Your retirement account is supposed to be a growing pot of money that you spend years building. You are actively encouraged not to monitor it too closely to prevent knee-jerk reactions to market swings.
But are 401(k)s safe following the Equifax data breach?
Indeed, since the breach you may have seen advice on how to protect your identity or your bank accounts, but your investment accounts like your 401(k) might seem particularly tasty to hackers given their size.
Yes, you do need to worry about their safety, but mostly in the way that you need to be alert about everything involving your money now that so much of your personal data is circulating around the dark web.
The reality is your nest egg is probably safe — emphasis on the probably.
Access to your 401(k) account is limited
If you’re an employee participating in your company’s 401(k) program, accessing that money is not exactly easy. In other words, all the hoops involved make it an unlikely target from an account takeover perspective.
“Someone would have to both fake your termination (validated via payroll status and employer acknowledgment) then hack your 401(k) account, request the distribution, then somehow hack your employer to ‘approve’ the distribution,” Kevin Busque, CEO of Guideline, a startup 401(k) plan provider, wrote in an email. “Ugh, that’s a lot.”
Hackers like easy stuff. This isn’t it.
Once you’re retired, your money is easier to access, but it still seems fairly safe so long as you take the proper steps to protect it.
How your money is protected
Unlike bank accounts that are backed by the FDIC or credit cards that carry zero liability policies, investment accounts like 401(k)s have no such legal protection. Instead, providers typically have cyber-fraud insurance that is then extended to you.
Most of the major providers — Fidelity, Charles Schwab and Vanguard, for instance — promise to cover you if your account is compromised. But without specific legal protection, how you become whole if your account is hacked is not entirely clear. The provider will likely cover you, but you may have to prove you didn’t play a role in the hack.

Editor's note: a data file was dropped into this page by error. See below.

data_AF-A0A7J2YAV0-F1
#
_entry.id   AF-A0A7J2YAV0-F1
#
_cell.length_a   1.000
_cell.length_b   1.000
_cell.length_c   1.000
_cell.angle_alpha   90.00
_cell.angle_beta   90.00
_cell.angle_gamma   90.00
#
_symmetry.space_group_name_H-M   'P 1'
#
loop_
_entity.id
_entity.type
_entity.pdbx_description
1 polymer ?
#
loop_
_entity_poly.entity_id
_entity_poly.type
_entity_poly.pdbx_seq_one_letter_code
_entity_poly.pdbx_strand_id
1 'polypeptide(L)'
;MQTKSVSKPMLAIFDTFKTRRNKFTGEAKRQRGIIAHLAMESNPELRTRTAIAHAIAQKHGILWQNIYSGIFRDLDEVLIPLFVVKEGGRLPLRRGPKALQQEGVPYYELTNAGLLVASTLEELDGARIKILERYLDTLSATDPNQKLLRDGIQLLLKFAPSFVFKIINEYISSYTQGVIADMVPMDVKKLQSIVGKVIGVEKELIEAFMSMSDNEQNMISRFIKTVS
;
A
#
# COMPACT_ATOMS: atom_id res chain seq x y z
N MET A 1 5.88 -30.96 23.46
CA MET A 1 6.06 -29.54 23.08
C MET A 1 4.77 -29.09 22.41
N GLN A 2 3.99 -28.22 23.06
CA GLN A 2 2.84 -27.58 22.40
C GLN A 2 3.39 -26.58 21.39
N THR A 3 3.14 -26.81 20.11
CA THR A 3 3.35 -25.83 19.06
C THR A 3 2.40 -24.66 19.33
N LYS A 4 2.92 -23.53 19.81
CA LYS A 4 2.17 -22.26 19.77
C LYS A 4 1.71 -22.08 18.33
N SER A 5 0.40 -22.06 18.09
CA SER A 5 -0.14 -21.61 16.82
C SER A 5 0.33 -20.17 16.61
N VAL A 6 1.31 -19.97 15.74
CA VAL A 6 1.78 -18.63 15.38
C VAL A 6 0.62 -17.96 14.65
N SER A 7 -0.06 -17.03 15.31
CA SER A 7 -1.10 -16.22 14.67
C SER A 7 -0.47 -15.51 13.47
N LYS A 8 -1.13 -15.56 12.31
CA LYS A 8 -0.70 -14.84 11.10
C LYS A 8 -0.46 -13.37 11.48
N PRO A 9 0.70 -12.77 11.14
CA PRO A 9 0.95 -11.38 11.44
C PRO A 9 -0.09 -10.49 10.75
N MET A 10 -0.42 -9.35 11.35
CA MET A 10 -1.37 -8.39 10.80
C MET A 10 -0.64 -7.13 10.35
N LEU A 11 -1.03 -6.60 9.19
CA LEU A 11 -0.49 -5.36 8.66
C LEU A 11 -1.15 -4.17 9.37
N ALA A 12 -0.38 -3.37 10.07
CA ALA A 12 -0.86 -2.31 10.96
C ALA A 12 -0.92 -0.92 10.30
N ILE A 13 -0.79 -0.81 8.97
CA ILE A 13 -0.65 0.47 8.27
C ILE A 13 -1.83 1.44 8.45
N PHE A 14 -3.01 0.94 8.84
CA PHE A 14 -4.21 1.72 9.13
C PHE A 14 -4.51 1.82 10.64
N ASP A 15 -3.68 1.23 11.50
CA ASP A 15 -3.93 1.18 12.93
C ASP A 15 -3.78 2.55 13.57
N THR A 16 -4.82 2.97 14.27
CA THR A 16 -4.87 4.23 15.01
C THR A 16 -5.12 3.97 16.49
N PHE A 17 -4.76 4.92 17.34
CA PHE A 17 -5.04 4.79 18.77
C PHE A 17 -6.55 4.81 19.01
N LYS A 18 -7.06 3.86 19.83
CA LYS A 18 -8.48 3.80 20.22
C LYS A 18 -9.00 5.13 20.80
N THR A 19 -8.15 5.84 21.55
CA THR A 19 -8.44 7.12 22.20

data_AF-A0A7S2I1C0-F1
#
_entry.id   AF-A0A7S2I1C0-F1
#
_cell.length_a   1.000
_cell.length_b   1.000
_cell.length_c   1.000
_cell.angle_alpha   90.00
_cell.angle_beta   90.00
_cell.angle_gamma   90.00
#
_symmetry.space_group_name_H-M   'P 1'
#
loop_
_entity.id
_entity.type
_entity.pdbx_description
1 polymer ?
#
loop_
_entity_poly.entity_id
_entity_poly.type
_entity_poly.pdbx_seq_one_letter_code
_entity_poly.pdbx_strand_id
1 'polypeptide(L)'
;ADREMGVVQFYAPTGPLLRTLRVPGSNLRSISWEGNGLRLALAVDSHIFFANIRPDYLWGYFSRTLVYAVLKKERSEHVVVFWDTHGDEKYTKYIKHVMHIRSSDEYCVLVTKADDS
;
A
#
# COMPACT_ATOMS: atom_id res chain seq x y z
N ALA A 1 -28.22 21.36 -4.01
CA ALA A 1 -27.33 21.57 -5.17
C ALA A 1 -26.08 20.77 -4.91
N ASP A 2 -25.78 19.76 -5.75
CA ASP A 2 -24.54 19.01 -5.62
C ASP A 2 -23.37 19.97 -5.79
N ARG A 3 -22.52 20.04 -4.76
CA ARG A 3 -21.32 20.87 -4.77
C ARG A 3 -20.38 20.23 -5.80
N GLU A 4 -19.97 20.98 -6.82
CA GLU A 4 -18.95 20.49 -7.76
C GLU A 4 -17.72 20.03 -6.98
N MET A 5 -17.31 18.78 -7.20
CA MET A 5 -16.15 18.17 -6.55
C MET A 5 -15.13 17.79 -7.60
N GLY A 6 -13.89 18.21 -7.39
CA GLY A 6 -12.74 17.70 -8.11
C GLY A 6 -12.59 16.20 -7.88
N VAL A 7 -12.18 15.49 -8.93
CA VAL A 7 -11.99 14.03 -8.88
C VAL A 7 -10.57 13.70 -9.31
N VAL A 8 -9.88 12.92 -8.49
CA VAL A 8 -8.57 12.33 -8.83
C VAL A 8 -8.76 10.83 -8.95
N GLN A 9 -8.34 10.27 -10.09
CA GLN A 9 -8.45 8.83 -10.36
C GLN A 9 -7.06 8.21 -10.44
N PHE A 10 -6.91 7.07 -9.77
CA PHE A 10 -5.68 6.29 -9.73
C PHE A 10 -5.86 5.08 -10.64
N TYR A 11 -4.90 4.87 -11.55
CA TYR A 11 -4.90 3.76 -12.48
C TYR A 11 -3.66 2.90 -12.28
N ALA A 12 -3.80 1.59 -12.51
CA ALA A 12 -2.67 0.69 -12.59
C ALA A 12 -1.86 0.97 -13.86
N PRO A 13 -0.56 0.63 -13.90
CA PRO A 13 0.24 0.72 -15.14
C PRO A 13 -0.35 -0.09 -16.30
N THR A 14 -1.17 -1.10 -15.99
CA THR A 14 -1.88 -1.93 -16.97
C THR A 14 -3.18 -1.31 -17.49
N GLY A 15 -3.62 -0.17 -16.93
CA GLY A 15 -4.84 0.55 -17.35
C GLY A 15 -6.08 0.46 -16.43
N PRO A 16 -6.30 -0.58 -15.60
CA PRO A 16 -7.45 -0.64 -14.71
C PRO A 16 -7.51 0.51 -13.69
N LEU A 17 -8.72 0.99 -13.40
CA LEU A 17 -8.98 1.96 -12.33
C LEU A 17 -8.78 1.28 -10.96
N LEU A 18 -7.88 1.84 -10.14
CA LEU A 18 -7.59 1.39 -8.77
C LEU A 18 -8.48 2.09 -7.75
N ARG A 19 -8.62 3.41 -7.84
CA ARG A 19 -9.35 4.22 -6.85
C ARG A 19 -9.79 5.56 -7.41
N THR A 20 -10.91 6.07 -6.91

For example, Vanguard has a fairly detailed explanation of the responsibilities you need to have undertaken in order to be protected. They are fairly open-ended. You’re expected to “check your account frequently,” but Vanguard doesn’t specify how it defines frequently. A spokeswoman for the company said in an email that it reviews fraud on a case-by-case basis.
How to protect yourself
The providers all have similar guidance on what you should do to protect your account. Much of the advice echoes what the Securities and Exchange Commission said in a recent bulletin:
- Pick strong passwords that are different from the passwords you use on other sites. Change it regularly, too.
- Add security by using biometric log-ins and two-factor authentication on your mobile phone.
- Be mindful which computers you use to check your accounts. Don’t use public computers, use caution with Wi-Fi connections and make sure your browser is up to date.
- Check your account regularly and promptly report problems. Opt-in for account alerts that will notify you any time there is a transaction.
The security behind 401(k) accounts is fairly robust.
Paul Martini, CEO of iboss, a cybersecurity provider, likened account providers’ security to Fort Knox. Hackers would likely avoid Fort Knox, but they might stake out the wayward employee who checks his email on the free Wi-Fi at Starbucks, Martini says.
Imagine what might happen if hackers found their way into a major investment firm and tried to drain the accounts.
It’s a scary thought, but not realistic, Busque said.
“The flow of assets is measured every day. There are people and systems sitting there watching it, so it kinda can’t happen,” he says. “Loss of wealth is going to happen in the stock market, not a $1 trillion wire carried out by hackers.”